Unfortunately, the theft of motor vehicles in North Carolina is not uncommon. It’s important to understand that there are different types of theft as well as other crimes that may apply when an individual uses, damages, or misappropriates an auto vehicle.
North Carolina varies from some other states in that it does not have a specific motor vehicle theft law. These auto theft crimes are prosecuted under North Carolina’s crime of larceny, or theft. When a person takes another’s motor vehicle with the intent to permanently deprive the owner of it or when someone receives or possesses a stolen car, this is considered to be the crime of larceny.
When someone steals a part or piece of a vehicle that is valued at $1,000 or more, this is considered to be the crime of larceny of a motor vehicle part. This value includes not only the part itself but the cost of labor to have it reinstalled or reattached to the vehicle. Larceny of a motor vehicle part is a Class I felony.
Additional Car-Related Offenses
Aside from motor vehicle theft, North Carolina recognizes and punishes other car-related offenses.
Carjacking is when someone takes a car by force or threat of force. While North Carolina does not have a specific carjacking statute, it treats such offenses under the crime of robbery.
Joyriding occurs when someone takes another’s vehicle without their permission but also does not intend to permanently deprive the owner of their vehicle. In other words, they don’t have permission to borrow it, but they didn’t intend on keeping it. Joyriding is classified as an unauthorized use of a motor-propelled conveyance and is a Class 1 misdemeanor offense.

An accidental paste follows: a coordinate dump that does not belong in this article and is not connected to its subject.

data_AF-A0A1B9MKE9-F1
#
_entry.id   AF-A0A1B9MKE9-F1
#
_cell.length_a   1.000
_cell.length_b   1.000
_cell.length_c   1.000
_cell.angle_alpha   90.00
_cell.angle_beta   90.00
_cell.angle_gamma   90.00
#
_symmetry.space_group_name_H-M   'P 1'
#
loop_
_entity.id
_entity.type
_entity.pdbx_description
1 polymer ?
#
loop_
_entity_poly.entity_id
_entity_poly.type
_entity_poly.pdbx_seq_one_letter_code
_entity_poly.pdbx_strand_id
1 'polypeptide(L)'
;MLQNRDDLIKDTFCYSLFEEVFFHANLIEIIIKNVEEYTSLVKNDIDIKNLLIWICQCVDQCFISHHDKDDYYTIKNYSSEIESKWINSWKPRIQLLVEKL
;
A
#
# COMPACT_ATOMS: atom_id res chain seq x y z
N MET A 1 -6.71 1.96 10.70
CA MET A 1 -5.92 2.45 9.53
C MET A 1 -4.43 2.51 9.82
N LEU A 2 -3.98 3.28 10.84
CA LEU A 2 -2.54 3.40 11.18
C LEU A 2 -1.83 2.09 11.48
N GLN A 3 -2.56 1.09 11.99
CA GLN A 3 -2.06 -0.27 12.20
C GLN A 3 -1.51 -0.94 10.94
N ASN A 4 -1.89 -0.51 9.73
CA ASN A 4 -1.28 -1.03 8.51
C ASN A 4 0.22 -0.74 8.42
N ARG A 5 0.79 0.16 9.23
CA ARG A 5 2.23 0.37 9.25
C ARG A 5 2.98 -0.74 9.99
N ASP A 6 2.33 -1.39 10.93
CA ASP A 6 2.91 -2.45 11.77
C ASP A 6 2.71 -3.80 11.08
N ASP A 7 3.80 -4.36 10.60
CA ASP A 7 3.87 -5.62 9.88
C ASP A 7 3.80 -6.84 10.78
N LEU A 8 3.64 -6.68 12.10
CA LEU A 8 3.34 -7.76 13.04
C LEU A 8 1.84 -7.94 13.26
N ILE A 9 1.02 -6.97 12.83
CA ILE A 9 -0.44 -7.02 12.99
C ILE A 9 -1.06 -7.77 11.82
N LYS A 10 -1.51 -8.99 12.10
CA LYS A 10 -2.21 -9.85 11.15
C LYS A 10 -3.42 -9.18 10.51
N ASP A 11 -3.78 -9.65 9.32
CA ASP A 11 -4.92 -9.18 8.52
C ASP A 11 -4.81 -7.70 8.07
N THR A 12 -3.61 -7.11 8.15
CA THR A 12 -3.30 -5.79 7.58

Keeping a Rental Car
It can be a criminal offense to maintain possession of a rental car after the time period agreed upon has expired. Again, while there is no specific law for this in North Carolina, the state will often charge this as larceny or joyriding.
Legal Defenses to Auto Theft
While there are a variety of legal defenses to auto theft, here are some of the most common:
One defense to auto theft is consent. The individual accused may have had permission or believe that they have permission from the owner of the vehicle to use it. When this is the case, the individual is not guilty of larceny. Generally, when an individual raises this defense it’s because they had permission on one or more previous occasions and believed that it would be reasonable for that consent to continue.
Mistake of Fact
Another defense is mistake of fact. This occurs when someone uses or borrows a stolen vehicle but is unaware that it was stolen. This individual cannot be found guilty of larceny of a motor vehicle.
In order to commit larceny of a motor vehicle, the individual in question must intend to permanently deprive the owner of the vehicle of its use or possession. However, this individual may still be guilty of joyriding.
Motor vehicle theft can be considered a misdemeanor or a felony depending upon the facts and circumstances of each case. If someone is convicted of larceny, they may face jail or prison, probation, fines, and/or more.
The Attorneys at Hancock Law Firm, PLLC Help Those in North Carolina Who Have Been Charged with Auto Theft
If you or a loved one has been charged with auto theft or a related crime, it’s imperative that you contact a North Carolina criminal defense attorney as soon as possible. You may have a legal defense.
At Hancock Law Firm, PLLC, we fully understand what is at stake and will do everything that we can to help you fight your charges and obtain the best possible outcome for you. To learn more or to schedule a free consultation, contact us today!